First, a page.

THE BODY AT­LAS OF THE SHER­PAS

Although the word Sherpa has be­come syn­ony­mous with porters and moun­tain guides, it also de­scribes mem­bers of a group of Hi­malayan moun­tain dwellers. Over the course of cen­turies their bod­ies have per­fectly adapted to life at very high al­ti­tudes. In the X

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GENES

Sher­pas have what’s known as the ACE gene vari­ant. This pre­vents them from be­ing af­flicted by al­ti­tude sick­ness, which is dreaded by moun­taineers. Their cells can make do with sig­nif­i­cantly less oxy­gen, and even in the case of low oxy­gen lev­els in the air, they can still pro­duce enough energy to sup­ply the Sher­pas’ bod­ies ef­fi­ciently.

HEART

Stud­ies have shown that the car­dio­vas­cu­lar sys­tem of Sher­pas is well adapted to han­dling dif­fer­ences in al­ti­tude. In ad­di­tion, they have a rel­a­tively large tho­racic cav­ity in re­la­tion to their small stature as well as in­or­di­nately large lung vol­ume. This en­dows them with 30% more strength than the av­er­age per­son, al­low­ing them to carry up to 200 pounds.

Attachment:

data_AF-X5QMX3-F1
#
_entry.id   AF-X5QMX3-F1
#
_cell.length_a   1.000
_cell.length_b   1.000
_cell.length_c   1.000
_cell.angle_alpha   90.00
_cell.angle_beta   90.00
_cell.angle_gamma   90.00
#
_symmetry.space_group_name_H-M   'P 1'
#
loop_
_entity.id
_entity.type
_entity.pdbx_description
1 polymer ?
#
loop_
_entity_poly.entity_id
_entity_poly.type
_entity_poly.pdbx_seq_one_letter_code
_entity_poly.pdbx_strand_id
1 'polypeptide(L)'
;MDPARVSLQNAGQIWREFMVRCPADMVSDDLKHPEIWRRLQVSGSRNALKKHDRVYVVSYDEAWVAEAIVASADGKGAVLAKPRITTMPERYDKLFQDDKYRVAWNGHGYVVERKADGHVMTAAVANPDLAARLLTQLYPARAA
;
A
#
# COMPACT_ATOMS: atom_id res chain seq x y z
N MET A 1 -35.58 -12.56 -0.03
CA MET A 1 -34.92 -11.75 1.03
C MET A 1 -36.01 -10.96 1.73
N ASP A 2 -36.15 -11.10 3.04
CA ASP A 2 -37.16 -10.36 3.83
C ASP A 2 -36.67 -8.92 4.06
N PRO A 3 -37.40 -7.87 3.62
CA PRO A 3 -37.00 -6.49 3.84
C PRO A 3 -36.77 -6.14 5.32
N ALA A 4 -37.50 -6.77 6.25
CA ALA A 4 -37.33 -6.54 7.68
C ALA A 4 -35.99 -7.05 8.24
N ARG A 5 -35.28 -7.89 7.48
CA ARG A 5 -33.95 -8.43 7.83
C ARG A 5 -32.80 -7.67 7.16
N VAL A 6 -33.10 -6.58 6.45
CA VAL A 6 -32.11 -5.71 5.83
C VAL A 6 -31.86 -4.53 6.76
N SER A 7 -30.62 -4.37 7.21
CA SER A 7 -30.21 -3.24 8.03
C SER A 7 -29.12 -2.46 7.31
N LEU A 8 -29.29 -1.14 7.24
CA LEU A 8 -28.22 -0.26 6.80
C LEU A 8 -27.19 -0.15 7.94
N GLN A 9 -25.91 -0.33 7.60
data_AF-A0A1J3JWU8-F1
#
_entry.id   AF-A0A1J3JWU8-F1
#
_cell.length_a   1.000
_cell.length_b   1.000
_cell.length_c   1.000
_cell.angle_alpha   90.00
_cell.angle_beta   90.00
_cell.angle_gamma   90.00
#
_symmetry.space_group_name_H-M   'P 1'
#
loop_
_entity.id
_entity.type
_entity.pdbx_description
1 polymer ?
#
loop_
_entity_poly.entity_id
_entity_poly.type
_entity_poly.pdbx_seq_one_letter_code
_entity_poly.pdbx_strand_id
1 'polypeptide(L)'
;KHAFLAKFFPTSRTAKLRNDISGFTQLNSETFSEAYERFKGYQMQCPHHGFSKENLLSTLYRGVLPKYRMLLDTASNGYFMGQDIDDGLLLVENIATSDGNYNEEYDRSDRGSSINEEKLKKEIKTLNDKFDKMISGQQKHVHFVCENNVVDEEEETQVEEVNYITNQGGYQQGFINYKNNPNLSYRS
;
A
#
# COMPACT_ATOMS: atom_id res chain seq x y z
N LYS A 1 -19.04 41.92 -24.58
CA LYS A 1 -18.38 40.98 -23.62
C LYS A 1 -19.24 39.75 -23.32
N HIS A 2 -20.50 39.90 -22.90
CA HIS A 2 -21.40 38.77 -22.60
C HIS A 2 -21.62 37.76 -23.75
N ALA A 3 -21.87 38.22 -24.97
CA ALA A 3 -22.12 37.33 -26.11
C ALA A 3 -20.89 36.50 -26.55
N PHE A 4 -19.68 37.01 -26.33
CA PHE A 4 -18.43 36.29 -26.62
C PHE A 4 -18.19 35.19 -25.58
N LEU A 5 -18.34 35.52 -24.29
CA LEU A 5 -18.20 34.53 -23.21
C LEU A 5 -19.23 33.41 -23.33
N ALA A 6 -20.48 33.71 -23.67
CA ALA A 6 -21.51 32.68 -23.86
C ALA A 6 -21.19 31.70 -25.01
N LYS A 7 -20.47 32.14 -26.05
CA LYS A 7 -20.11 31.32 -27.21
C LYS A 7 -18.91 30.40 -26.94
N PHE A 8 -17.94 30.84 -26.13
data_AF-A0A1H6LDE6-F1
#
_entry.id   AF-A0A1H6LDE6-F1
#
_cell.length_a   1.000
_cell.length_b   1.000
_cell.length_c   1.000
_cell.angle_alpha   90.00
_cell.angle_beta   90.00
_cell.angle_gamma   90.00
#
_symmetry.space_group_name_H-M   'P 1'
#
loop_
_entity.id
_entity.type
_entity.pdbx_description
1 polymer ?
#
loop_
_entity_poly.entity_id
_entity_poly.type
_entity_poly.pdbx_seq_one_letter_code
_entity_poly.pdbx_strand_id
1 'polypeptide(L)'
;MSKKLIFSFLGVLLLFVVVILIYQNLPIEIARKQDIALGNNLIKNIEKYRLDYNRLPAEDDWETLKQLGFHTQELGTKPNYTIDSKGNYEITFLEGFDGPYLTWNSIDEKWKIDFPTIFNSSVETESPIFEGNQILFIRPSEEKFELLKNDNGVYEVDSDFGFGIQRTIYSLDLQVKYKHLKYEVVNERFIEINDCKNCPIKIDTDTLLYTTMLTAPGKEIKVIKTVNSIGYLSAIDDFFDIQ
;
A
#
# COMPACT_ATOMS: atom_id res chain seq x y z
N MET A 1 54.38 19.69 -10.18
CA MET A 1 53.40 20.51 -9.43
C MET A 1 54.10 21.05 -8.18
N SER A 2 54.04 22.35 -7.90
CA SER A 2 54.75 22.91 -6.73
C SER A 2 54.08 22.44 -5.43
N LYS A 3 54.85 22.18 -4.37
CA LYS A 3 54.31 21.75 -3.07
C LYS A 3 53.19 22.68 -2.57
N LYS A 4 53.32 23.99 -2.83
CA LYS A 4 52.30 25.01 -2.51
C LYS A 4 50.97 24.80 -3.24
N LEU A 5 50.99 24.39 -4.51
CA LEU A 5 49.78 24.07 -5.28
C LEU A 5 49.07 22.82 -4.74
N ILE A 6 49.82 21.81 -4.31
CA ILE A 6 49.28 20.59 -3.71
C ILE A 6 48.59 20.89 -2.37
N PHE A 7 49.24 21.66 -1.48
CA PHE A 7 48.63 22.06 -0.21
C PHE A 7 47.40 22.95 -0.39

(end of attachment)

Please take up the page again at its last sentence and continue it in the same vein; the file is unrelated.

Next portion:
BLOOD

The body of a Sherpa con­tains a par­tic­u­larly high level of ni­tric ox­ide— a gaseous sig­nal­ing mol­e­cule that en­sures blood ves­sels di­late so that es­sen­tial oxy­gen can quickly be trans­ported to cru­cial ar­eas such as the mus­cles, brain, and heart.

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